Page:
The Turkish cryptocurrency community is ready to put the proverbial adage "the bear market is an opportunity to grow" into practice by making Istanbul the country's commercial center and the center of the worldwide Ethereum adoption craze.
Turkey is one of the most active nations in the cryptocurrency and blockchain industries. Its interest goes beyond market fluctuations as the local community also includes university clubs, Web3 startups, blockchain developers, and researchers, in addition to a sizeable base of crypto investors. The nation has hosted important events like ETHIstanbul (1), Blockchain Economy Istanbul, and Istanbul Blockchain Week, all striving to push the industry to new heights.
According to economist Erkan Öz (2), Turkey's high inflation rate is the primary factor driving the country's growing interest in cryptocurrencies. However, most Turks believe they can no longer purchase a car or a home using the traditional financial system. As a result, interest in cryptocurrencies is growing daily.
However, he also pointed out that the adoption of cryptocurrencies has not yet been fully reflected in blockchain startups or projects due to the lack of sound regulations for meeting ecosystem needs. Turkey should set up a legal framework that will help to both protect investors and support blockchain and cryptocurrencies as much as possible.
The thriving local crypto ecosystem also has a newly discovered ambition that unites Bitcoin maximalists with "Shibarmy" (3) troops who brought DevCon 7 (4), the largest conference for the Ethereum ecosystem, to Istanbul. The movement was also supported by important local figures, and it quickly attracted large numbers of followers.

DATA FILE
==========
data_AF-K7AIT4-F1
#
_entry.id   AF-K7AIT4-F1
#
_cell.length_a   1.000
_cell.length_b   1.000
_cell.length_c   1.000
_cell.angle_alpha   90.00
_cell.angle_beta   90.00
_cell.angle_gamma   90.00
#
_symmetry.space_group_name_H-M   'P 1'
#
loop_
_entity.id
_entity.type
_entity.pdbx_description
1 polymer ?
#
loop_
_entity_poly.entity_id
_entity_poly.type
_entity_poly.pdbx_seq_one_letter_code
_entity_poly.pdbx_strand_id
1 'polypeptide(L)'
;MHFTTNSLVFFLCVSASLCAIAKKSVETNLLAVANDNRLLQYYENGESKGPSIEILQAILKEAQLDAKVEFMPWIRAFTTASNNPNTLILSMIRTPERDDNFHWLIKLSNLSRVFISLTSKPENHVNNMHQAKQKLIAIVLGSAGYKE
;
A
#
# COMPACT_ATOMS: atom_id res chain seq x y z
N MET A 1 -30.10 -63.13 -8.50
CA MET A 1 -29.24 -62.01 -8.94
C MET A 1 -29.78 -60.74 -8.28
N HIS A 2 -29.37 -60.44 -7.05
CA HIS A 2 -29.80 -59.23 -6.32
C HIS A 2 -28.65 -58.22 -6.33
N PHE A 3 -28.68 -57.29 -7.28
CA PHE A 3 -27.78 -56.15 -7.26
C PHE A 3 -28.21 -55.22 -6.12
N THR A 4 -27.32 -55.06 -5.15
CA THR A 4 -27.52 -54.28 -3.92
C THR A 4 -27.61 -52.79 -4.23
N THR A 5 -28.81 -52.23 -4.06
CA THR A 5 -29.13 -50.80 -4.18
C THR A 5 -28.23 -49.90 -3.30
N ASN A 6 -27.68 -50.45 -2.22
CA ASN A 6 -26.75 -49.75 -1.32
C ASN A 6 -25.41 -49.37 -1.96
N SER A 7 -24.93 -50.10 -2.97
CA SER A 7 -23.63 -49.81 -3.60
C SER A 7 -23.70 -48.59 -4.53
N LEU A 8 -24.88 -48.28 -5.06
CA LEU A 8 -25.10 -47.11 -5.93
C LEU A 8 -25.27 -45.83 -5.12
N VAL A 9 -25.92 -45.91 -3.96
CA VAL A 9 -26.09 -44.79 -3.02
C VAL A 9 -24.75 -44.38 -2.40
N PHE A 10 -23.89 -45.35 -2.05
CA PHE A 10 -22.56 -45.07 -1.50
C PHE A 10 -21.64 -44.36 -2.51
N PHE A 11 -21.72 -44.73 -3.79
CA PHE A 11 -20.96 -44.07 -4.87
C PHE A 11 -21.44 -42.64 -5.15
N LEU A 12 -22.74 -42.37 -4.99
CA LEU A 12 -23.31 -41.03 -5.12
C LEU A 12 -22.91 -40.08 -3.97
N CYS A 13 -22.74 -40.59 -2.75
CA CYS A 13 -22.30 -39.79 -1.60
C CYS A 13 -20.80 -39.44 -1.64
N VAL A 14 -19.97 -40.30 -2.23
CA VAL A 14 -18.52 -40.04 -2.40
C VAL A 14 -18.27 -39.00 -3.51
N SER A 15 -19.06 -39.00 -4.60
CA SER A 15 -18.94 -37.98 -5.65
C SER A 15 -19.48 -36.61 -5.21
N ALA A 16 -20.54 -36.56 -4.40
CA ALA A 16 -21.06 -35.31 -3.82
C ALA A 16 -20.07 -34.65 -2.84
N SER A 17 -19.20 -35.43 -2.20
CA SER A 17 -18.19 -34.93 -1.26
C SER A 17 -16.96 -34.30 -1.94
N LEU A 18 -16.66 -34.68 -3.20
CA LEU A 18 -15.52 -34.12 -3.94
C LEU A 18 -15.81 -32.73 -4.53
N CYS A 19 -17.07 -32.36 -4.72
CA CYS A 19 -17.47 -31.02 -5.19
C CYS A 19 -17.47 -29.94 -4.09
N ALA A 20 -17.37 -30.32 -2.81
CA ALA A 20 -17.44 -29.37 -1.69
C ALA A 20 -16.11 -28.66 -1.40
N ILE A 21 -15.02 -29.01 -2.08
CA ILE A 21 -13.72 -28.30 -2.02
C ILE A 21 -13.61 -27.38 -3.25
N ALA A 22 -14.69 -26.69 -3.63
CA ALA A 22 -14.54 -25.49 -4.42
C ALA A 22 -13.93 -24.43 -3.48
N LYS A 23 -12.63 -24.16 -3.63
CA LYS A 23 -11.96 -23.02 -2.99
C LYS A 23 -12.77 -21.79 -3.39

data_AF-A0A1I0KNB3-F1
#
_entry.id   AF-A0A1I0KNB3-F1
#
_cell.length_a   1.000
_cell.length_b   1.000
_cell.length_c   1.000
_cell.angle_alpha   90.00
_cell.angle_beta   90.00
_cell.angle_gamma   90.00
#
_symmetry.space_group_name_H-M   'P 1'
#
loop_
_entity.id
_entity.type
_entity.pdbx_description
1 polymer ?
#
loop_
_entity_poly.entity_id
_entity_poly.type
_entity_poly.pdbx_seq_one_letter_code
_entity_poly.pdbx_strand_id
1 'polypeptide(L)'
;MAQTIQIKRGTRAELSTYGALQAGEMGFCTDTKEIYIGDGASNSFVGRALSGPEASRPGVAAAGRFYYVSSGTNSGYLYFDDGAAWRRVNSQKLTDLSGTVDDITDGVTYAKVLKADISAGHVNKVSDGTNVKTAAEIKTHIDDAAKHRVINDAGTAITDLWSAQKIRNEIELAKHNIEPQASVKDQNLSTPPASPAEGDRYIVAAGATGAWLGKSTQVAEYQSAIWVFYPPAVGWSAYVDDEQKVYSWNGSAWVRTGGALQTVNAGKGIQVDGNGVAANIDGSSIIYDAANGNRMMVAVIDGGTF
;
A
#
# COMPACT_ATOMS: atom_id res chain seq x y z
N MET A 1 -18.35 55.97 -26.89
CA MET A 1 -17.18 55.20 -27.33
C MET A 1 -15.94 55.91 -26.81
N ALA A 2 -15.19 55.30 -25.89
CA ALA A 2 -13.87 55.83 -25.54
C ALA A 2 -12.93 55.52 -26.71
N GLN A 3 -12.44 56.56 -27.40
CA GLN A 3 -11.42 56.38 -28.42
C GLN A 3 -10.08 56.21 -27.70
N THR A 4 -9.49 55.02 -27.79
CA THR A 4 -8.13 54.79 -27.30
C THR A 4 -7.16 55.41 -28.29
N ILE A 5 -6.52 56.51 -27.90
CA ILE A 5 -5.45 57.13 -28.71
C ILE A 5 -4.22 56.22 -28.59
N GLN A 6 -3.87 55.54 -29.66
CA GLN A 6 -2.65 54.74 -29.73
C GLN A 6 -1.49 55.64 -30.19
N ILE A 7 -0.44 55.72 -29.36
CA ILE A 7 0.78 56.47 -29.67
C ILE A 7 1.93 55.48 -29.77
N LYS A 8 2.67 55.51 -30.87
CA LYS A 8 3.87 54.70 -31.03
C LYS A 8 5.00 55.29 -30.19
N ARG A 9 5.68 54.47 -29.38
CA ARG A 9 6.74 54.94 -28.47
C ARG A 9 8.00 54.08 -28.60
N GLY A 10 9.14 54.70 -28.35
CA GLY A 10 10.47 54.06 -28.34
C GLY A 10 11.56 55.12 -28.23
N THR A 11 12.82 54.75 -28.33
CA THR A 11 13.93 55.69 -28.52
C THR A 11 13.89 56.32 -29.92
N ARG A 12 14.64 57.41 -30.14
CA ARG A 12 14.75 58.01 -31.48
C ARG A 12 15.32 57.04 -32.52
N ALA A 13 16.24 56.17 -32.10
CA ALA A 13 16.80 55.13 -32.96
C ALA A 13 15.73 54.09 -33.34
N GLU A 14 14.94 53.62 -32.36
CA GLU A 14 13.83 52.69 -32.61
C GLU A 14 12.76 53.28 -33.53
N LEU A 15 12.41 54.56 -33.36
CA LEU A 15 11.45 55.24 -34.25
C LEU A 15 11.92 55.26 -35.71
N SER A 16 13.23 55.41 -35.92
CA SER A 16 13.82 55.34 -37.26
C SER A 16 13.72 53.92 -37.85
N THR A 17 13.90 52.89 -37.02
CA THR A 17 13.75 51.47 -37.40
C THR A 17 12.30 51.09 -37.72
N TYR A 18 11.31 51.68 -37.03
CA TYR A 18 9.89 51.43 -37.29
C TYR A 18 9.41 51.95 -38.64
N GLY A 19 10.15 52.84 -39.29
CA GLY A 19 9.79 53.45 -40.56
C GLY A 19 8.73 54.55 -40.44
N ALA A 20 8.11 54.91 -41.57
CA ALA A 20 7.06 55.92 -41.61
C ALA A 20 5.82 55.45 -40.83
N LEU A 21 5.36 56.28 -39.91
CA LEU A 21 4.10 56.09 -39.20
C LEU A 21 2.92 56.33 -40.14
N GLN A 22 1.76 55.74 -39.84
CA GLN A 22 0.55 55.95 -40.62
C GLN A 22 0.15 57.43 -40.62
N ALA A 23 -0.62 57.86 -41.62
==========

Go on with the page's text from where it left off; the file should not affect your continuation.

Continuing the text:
The trending hashtag "#DevconIstanbul" has recently appeared next to Turkish ecosystem players' names on Twitter. This initiative is rooted in the digital world, but it didn't take long for it to spread into the physical world, with the most recent example being ETHIstanbul's After Merge Party.
Despite this and the rapidly expanding cryptocurrency adoption, Turkey lags in terms of startups and developers. Turan Sert (5), the author of two Turkish books—one about blockchain and the other about decentralized finance—argues that while the start may have been delayed, the growth has been quick, with the main driver being the influence of successful student clubs abroad and their resonance in Turkey.
Sert said that the success of student organizations focused on blockchain and cryptocurrency at international events had significant effects and helped Turkey produce more developers.
After several delays, Tansel Kaya, a professor at Kadir Has University and the CEO of Mindstone, announced that DevCon would take place in Bogota (6) this year from October 11 to 14. He stressed the significance of bringing the event to Turkey for talented students who would otherwise not have the chance to attend such events.
The desire, according to Kaya, is for the student and software developer communities in Turkey to meet up at DevCon events, but traveling overseas is not always convenient. She said,
"If students can't travel abroad, why not bring it here?"